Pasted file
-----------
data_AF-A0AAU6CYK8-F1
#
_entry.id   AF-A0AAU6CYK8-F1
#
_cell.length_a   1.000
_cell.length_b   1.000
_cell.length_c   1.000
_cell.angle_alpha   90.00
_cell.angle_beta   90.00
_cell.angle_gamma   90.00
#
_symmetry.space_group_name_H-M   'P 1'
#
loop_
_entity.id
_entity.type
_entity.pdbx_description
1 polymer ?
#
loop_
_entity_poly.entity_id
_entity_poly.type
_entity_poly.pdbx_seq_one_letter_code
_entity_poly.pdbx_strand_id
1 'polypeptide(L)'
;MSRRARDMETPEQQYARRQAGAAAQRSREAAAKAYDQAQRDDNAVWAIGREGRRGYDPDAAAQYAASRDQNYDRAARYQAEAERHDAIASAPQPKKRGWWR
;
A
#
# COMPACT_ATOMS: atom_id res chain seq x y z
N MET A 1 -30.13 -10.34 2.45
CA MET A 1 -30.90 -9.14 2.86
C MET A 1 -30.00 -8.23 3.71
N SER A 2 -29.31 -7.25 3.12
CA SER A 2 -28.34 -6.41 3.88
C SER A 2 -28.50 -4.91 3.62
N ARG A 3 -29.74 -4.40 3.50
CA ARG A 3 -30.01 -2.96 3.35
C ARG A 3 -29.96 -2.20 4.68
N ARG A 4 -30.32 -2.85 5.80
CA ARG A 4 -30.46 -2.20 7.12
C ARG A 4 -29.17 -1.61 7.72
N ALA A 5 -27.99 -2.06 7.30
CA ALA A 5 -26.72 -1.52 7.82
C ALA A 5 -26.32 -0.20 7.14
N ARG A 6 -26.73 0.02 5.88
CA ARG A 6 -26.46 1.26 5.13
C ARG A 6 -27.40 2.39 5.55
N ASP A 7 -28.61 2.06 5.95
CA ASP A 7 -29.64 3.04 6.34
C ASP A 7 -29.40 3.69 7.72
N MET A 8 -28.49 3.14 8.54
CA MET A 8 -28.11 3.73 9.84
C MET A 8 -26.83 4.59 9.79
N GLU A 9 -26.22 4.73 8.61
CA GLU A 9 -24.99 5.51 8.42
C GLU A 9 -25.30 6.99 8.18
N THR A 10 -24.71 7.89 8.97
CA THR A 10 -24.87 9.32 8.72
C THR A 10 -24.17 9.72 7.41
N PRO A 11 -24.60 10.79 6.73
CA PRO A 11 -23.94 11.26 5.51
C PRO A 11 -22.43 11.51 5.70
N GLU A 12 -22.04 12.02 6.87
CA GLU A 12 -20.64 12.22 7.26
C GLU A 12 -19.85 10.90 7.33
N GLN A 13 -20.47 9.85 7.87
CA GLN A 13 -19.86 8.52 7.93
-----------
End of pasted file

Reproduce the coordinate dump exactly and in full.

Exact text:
data_AF-A0AAU6CYK8-F1
#
_entry.id   AF-A0AAU6CYK8-F1
#
_cell.length_a   1.000
_cell.length_b   1.000
_cell.length_c   1.000
_cell.angle_alpha   90.00
_cell.angle_beta   90.00
_cell.angle_gamma   90.00
#
_symmetry.space_group_name_H-M   'P 1'
#
loop_
_entity.id
_entity.type
_entity.pdbx_description
1 polymer ?
#
loop_
_entity_poly.entity_id
_entity_poly.type
_entity_poly.pdbx_seq_one_letter_code
_entity_poly.pdbx_strand_id
1 'polypeptide(L)'
;MSRRARDMETPEQQYARRQAGAAAQRSREAAAKAYDQAQRDDNAVWAIGREGRRGYDPDAAAQYAASRDQNYDRAARYQAEAERHDAIASAPQPKKRGWWR
;
A
#
# COMPACT_ATOMS: atom_id res chain seq x y z
N MET A 1 -30.13 -10.34 2.45
CA MET A 1 -30.90 -9.14 2.86
C MET A 1 -30.00 -8.23 3.71
N SER A 2 -29.31 -7.25 3.12
CA SER A 2 -28.34 -6.41 3.88
C SER A 2 -28.50 -4.91 3.62
N ARG A 3 -29.74 -4.40 3.50
CA ARG A 3 -30.01 -2.96 3.35
C ARG A 3 -29.96 -2.20 4.68
N ARG A 4 -30.32 -2.85 5.80
CA ARG A 4 -30.46 -2.20 7.12
C ARG A 4 -29.17 -1.61 7.72
N ALA A 5 -27.99 -2.06 7.30
CA ALA A 5 -26.72 -1.52 7.82
C ALA A 5 -26.32 -0.20 7.14
N ARG A 6 -26.73 0.02 5.88
CA ARG A 6 -26.46 1.26 5.13
C ARG A 6 -27.40 2.39 5.55
N ASP A 7 -28.61 2.06 5.95
CA ASP A 7 -29.64 3.04 6.34
C ASP A 7 -29.40 3.69 7.72
N MET A 8 -28.49 3.14 8.54
CA MET A 8 -28.11 3.73 9.84
C MET A 8 -26.83 4.59 9.79
N GLU A 9 -26.22 4.73 8.61
CA GLU A 9 -24.99 5.51 8.42
C GLU A 9 -25.30 6.99 8.18
N THR A 10 -24.71 7.89 8.97
CA THR A 10 -24.87 9.32 8.72
C THR A 10 -24.17 9.72 7.41
N PRO A 11 -24.60 10.79 6.73
CA PRO A 11 -23.94 11.26 5.51
C PRO A 11 -22.43 11.51 5.70
N GLU A 12 -22.04 12.02 6.87
CA GLU A 12 -20.64 12.22 7.26
C GLU A 12 -19.85 10.90 7.33
N GLN A 13 -20.47 9.85 7.87
CA GLN A 13 -19.86 8.52 7.93